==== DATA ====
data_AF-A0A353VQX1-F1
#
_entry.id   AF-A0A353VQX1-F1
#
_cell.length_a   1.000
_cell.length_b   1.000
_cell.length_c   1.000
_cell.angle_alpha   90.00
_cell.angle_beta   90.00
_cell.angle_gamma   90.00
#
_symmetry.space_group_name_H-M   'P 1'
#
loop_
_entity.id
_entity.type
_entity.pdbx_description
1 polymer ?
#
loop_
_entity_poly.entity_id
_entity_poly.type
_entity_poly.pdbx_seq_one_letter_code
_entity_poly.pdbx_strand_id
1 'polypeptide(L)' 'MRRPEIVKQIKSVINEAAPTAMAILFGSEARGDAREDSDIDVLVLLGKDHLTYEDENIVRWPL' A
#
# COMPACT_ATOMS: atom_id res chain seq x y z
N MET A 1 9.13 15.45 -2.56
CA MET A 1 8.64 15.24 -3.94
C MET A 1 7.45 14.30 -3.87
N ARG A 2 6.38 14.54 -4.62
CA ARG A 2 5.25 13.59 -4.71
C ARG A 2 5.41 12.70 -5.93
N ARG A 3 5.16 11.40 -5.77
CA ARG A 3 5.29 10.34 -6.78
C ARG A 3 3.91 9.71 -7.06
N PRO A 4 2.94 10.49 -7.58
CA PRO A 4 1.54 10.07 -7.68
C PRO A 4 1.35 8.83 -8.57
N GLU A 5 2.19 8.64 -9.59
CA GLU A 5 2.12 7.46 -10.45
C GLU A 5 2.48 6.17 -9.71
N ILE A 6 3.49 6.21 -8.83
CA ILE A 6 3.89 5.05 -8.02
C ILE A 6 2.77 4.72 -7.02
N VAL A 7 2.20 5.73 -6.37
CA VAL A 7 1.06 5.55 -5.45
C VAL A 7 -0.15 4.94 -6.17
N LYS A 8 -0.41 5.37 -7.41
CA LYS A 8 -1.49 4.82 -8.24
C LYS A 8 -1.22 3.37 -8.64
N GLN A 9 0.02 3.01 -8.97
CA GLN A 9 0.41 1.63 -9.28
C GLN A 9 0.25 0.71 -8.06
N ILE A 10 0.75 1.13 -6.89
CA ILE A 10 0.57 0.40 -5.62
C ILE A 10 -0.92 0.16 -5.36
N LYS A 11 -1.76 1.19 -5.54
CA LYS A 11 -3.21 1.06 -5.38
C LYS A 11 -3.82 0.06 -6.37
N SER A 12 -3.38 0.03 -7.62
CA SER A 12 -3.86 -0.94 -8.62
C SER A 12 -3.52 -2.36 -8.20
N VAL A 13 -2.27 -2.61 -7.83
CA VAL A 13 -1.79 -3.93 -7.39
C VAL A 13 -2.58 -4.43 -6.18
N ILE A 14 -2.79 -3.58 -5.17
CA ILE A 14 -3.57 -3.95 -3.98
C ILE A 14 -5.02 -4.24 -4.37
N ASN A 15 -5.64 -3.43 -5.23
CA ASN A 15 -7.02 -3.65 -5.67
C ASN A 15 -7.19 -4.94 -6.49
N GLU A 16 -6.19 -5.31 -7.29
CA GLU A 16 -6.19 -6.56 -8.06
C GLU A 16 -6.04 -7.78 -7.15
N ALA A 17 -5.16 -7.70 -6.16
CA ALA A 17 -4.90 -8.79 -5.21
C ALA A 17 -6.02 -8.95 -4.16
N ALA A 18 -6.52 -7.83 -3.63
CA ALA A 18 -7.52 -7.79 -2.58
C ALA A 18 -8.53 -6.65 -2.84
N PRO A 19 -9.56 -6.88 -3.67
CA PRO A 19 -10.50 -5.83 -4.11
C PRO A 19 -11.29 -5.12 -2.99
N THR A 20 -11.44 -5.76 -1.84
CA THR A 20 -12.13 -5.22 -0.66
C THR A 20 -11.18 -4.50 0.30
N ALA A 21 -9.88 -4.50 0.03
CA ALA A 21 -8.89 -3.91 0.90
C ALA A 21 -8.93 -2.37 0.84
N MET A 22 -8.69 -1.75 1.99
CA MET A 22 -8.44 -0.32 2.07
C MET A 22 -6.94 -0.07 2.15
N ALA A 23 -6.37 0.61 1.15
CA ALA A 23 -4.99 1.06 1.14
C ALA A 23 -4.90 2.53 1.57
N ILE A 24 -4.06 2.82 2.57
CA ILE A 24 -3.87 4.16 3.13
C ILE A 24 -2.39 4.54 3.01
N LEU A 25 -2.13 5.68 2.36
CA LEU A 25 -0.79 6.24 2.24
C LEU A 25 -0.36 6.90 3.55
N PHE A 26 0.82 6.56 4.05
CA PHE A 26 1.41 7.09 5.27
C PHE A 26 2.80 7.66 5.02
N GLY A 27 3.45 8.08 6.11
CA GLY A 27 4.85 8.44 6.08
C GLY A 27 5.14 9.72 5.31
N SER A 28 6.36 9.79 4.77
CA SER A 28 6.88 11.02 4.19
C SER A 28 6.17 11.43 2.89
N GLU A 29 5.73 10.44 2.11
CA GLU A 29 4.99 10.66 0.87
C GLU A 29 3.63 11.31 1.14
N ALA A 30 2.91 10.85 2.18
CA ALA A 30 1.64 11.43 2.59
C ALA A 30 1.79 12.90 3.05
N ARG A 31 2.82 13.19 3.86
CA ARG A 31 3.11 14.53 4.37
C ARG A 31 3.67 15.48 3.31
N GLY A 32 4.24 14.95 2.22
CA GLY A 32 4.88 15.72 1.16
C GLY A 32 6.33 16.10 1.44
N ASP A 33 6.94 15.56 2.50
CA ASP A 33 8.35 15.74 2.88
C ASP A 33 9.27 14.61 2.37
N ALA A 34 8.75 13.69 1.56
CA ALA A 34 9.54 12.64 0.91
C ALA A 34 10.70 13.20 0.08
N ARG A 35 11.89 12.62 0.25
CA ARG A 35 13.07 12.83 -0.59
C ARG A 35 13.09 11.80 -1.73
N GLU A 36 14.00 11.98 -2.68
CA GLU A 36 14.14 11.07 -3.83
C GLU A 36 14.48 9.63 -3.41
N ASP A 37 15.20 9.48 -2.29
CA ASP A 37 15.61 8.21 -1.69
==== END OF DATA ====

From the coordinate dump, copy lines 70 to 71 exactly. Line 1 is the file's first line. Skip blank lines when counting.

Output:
N ASN A 15 -5.64 -3.43 -5.23
CA ASN A 15 -7.02 -3.65 -5.67